Many professional relationships involve a fiduciary obligation on the part of one individual performing a service for another. The fiduciary obligation requires the person who is giving the service to act in the best interests of the client or give advice and recommendations in the best interest of the client. When the fiduciary acts in a way that hurts the client -- and especially when it is done to benefit or enrich the service provider -- a breach of fiduciary duty has likely occurred.
From the perspective of an attorney-client relationship, breach of fiduciary duty is a common issue that comes up in the litigation of a legal malpractice claim. Let's take a look at the three most important elements required to establish that a breach of fiduciary duty has occurred between a lawyer and his or her client:
A clear duty was present: In a legal malpractice case that includes a breach of fiduciary duty, the plaintiff needs to show that the lawyer owed a "duty" to the client. This duty relates to the expectation of good faith and fair dealing, the duty to fully disclose information and the duty to be loyal to the client. The clearest way to establish that the lawyer owed a duty to his or her client is through the existence of a signed contract between the plaintiff and the lawyer. However, this may not always be required.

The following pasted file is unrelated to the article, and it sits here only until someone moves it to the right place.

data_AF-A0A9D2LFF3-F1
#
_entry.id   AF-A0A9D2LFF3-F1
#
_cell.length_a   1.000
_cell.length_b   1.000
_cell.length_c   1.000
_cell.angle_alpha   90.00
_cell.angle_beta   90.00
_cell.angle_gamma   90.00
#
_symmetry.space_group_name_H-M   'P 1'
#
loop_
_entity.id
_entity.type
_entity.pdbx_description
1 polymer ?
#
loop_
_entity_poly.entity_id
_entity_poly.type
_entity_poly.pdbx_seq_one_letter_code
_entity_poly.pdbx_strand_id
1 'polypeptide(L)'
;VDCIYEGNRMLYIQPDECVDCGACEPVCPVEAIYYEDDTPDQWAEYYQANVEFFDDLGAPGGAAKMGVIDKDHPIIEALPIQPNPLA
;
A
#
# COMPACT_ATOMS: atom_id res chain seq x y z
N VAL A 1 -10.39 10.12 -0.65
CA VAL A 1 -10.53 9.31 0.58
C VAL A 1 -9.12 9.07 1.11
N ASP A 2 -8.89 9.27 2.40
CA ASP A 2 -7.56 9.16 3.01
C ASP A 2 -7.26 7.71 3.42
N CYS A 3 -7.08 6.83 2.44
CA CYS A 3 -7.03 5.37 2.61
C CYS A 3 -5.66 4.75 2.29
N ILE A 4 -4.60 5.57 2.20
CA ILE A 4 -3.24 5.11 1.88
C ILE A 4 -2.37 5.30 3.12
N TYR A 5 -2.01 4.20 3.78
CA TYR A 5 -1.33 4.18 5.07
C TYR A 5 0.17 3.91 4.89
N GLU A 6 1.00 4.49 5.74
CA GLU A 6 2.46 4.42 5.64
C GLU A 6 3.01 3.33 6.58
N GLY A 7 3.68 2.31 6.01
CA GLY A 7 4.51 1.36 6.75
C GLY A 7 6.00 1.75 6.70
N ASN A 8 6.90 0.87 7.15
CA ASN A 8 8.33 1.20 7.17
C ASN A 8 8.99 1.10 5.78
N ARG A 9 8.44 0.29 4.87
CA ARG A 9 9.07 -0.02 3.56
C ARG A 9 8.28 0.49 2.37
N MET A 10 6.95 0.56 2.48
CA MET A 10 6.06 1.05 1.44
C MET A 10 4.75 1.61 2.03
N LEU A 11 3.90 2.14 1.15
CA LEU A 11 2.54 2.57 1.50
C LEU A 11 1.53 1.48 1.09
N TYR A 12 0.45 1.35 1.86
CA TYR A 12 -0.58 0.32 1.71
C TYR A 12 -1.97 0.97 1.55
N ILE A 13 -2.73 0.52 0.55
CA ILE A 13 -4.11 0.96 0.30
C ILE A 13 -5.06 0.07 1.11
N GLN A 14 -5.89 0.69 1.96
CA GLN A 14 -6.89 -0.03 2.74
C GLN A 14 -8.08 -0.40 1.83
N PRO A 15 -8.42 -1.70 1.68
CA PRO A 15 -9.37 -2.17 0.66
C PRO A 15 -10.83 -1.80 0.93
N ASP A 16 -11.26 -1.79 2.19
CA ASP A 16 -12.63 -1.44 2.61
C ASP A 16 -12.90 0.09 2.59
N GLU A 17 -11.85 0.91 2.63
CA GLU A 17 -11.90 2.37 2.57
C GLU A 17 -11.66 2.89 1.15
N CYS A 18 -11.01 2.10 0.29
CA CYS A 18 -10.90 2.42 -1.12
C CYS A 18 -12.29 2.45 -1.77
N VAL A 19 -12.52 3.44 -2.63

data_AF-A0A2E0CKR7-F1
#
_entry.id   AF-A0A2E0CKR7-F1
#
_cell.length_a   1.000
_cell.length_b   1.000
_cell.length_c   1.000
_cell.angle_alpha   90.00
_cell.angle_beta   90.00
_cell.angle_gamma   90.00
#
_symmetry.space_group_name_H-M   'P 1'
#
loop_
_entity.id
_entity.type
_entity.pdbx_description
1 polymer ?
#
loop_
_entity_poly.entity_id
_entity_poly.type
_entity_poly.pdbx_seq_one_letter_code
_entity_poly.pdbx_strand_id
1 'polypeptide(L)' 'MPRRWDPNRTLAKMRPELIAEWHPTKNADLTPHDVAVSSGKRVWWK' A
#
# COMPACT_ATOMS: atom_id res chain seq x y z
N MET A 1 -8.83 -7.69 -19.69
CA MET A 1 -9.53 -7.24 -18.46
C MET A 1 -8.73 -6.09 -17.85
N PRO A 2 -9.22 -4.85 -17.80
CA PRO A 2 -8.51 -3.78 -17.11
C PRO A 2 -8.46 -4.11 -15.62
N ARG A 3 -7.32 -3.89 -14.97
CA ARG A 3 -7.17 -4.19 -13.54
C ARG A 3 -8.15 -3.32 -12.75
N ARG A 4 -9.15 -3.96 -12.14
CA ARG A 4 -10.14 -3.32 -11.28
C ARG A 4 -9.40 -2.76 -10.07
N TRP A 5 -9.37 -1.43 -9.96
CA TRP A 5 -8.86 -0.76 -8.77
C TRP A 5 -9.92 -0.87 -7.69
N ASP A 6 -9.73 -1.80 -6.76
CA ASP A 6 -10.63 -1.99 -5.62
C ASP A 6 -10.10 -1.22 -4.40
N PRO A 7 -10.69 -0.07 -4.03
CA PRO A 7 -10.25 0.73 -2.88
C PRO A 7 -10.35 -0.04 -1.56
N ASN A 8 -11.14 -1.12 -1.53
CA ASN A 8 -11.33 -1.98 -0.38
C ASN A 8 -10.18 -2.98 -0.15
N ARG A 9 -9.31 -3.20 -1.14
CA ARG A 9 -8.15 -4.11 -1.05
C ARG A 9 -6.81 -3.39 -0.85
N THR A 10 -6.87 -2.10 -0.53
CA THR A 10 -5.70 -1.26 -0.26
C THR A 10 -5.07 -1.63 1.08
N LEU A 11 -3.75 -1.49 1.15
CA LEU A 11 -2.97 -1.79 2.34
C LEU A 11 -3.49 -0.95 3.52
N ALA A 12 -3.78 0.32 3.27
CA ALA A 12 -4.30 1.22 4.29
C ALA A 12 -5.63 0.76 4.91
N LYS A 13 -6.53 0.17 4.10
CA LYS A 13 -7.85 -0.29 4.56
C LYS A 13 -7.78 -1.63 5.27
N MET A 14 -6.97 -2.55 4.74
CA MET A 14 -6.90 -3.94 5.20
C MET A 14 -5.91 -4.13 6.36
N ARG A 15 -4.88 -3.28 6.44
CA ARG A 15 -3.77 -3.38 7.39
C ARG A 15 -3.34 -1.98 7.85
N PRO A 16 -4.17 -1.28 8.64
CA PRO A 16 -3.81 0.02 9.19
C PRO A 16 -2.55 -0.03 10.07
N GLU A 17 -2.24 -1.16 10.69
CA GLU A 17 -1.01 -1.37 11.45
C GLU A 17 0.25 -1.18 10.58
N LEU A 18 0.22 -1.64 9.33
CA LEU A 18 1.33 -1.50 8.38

A breach of the fiduciary duty has occurred: The breach relates to the lawyer's failure to fulfill fiduciary obligations to the plaintiff through actions or inactions. Perhaps the lawyer utilized his or her influence over the client to achieve a benefit for him- or herself.
The victim suffered damages: A breach or failure relating to fiduciary duties alone is not enough for a plaintiff to prevail in a legal action. The plaintiff also needs to show that the breach caused him or her to suffer damages. With proof of damages, the plaintiff will not have an actionable claim against one's attorney.
Were you harmed by a lawyer's fiduciary failures, malpractice or negligence? By learning more about the duties and obligations owed by an attorney to a client, you can better evaluate whether you can pursue a legal malpractice action in court.